Holiday Sparkling Wine Gifting Guide: Picks For Every Person & Occassion


3 minute Read

Sparkling Wine And Champagne Gifts For Everyone

Sparkling wine is the perfect pairing at this time of year. Drink it as an aperitif, pair it with dinner, or with dessert. It goes with everything, and you’ll look elegant drinking it. There are a LOT of different kinds of bubbly out there – from just about every winegrowing country in the world – so there’s no reason to limit yourself to the standby Veuve Clicquot or Prosecco. Here are some suggestions on branching out, for all your holiday needs.

For the Host / Hostess:

For a host/hostess gift, I usually trade up a tier from what I’d buy for myself. And, I like to be original so that it won’t be “just another bottle.” My go to for this purpose is Schramsberg from California. It’s delicious, it’s classic yet not ubiquitous and it runs about $30 (and it’s very widely available). I also love Cremants from France. Cremant means creamy in French and is the word used to denote sparkling wine made in the “Methode Champenoise” in any region other than Champagne – for example: Cremant de Loire, Cremant de Bourgogne (Burgundy), Cremant de Jura and Cremant d’Alsace. This is a great way to get the quality of Champagne at a fraction of the price.

For a Crowd:

Prosecco is the fan favorite here and you can get a fair one for about $10 a bottle, so I admit it’s a tempting choice when large quantities are involved. If you want to try something different, Cava (sparkling wine from Spain) is a great alternative and also reasonably priced. It’s typically less fruity than Prosecco though so if that’s what you’re looking for I’d go with a Moscato d’Asti, a sparkling wine from northern Italy that is slightly sweet.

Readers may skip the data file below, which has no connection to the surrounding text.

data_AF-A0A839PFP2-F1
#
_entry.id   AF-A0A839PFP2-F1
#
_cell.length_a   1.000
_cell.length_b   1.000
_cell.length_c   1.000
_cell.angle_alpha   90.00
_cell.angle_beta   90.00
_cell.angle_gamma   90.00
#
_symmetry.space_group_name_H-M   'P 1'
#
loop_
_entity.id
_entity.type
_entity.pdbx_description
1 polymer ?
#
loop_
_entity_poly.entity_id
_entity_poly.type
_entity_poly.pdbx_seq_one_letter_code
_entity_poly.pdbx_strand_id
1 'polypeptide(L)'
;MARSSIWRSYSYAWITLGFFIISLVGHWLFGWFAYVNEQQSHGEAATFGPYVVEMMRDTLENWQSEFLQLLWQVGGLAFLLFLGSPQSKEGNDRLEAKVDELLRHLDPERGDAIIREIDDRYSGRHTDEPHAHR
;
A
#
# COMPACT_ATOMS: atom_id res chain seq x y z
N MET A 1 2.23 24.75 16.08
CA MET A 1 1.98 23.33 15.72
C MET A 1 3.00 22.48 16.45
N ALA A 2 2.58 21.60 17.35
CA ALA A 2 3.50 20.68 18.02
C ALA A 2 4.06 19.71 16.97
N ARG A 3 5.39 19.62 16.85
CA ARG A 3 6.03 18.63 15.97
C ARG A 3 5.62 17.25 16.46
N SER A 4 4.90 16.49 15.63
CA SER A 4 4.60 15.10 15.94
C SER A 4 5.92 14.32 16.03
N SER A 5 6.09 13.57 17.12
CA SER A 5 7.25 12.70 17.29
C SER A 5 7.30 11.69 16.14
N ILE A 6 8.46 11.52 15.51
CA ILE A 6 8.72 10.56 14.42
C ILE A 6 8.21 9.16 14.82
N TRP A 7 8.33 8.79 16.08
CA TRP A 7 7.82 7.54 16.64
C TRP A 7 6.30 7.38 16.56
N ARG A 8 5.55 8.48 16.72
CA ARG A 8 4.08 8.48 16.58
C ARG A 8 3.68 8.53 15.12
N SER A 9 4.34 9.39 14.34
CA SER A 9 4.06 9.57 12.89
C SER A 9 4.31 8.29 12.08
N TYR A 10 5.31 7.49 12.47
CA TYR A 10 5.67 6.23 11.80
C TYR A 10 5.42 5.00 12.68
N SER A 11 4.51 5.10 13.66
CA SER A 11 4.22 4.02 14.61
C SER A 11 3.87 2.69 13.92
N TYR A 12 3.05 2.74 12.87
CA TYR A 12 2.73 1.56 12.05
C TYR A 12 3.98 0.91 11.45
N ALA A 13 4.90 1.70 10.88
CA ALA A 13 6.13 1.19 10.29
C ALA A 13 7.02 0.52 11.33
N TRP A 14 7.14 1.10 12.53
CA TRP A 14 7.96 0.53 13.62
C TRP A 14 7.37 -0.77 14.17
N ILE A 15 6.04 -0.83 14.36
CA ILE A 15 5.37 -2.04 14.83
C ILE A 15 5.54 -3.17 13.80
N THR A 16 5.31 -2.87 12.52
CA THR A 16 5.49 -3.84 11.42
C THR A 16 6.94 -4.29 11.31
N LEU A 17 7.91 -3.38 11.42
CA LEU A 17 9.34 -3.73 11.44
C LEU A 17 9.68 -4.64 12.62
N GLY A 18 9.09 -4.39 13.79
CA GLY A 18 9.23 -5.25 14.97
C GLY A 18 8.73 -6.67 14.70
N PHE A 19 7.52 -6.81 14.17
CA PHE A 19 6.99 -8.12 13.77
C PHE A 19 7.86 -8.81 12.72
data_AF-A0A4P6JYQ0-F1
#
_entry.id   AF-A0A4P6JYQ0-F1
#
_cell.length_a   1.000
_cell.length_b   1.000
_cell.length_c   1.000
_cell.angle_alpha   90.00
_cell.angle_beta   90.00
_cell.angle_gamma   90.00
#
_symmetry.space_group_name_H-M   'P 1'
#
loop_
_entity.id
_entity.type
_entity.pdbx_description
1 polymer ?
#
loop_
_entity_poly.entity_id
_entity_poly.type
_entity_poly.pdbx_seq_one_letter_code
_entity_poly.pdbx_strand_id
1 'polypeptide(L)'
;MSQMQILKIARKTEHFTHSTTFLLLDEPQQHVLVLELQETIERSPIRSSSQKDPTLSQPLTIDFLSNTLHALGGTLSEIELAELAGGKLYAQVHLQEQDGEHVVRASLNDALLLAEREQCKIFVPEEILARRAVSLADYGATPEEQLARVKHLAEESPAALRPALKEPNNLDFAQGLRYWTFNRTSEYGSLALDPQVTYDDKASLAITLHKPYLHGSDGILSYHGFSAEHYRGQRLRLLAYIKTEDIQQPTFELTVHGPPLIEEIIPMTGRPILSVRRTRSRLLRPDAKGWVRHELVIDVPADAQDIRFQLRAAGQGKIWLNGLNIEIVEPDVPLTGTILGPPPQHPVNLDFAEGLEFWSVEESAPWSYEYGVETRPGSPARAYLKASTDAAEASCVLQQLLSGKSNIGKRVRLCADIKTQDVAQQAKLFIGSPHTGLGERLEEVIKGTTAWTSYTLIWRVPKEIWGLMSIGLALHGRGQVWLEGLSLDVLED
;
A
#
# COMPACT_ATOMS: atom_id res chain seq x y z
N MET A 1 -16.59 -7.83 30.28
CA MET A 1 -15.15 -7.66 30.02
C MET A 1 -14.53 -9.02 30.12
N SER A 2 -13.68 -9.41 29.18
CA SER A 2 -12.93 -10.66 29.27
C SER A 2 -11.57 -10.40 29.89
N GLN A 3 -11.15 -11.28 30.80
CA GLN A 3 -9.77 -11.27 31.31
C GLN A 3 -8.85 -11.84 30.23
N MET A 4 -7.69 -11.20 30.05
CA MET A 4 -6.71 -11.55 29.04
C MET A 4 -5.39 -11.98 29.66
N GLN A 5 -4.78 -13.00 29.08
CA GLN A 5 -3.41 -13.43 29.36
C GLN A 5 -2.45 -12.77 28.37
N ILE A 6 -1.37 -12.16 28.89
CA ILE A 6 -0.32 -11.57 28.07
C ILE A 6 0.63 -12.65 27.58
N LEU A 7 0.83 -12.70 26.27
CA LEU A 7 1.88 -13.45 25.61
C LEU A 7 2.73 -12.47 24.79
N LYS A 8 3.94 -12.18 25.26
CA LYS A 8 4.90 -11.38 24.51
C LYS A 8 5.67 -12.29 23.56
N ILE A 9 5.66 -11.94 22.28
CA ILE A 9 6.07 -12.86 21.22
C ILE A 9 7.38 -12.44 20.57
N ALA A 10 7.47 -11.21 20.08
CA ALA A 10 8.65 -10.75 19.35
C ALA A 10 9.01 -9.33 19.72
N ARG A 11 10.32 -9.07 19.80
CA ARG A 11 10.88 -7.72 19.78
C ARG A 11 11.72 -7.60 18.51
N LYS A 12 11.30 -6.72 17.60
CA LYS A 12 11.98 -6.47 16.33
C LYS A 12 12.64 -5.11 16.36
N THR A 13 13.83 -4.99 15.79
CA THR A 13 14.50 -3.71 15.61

For the Wine Nerd:

For your friend (or yourself) who’s always into the most off-the-beaten-path wines, grab a bottle of Blanquette de Limoux. Made in the southern Languedoc region of France, this is effectively their Cremant equivalent, made from a local grape called Mauzac, or Blanquette. It’s also one of the oldest sparkling-wine producing regions in the country. You’ll get high points for obscurity and there are some great deals to be had here.

For Something Completely Different:

Ever heard of Sekt, the sparkling wine from Germany? Until recently, most of it wasn’t really worth knowing about but there are some producers who really do it right. I recently had a Riesling Sekt at Pear & Ash in NYC that was phenomenal. Austria makes some decent sparkling wines as well (another place to look for great bargains). This is a harder category to navigate without some trial and error, so I recommend finding a wine merchant you trust and asking for their advice.

For the Hipster:

Once only available at a very few Italian restaurants, Lambrusco is making a comeback and can now be spotted all over the hippest of Brooklyn locales. A sparkling red (or rose) wine, it comes from Emilia Romagna in Italy, also home to such delicacies as Prosciutto di Parma and Parmigiano Reggiano – which is what you should pair it with. If skinny jeans and mustaches are your jam, then this is what you should be drinking.

For a Special Occasion:

When money is no object, or at least less of an object, look no further than grower Champagne. The “grower” part means that the producer also farmed the grapes. In Champagne, this is actually fairly rare. While you can get great deals on these wines in France, by the time they reach the US (when they do at all) they are fairly pricey. Henri’s Reserve is a website that offers a good selection, starting around $50/bottle (and they ship nationally). Otherwise, this is another occasion to find a good local wine merchant and ask for a recommendation.

Header image via Shutterstock.com

Adrienne is a native New Yorker who now lives in Napa with a penchant for all things food & beverage. Previously she co-founded Dipsology, a guide to great cocktails in NYC, and she is also a Certified Sommelier. Follow her on twitter @alstillman.

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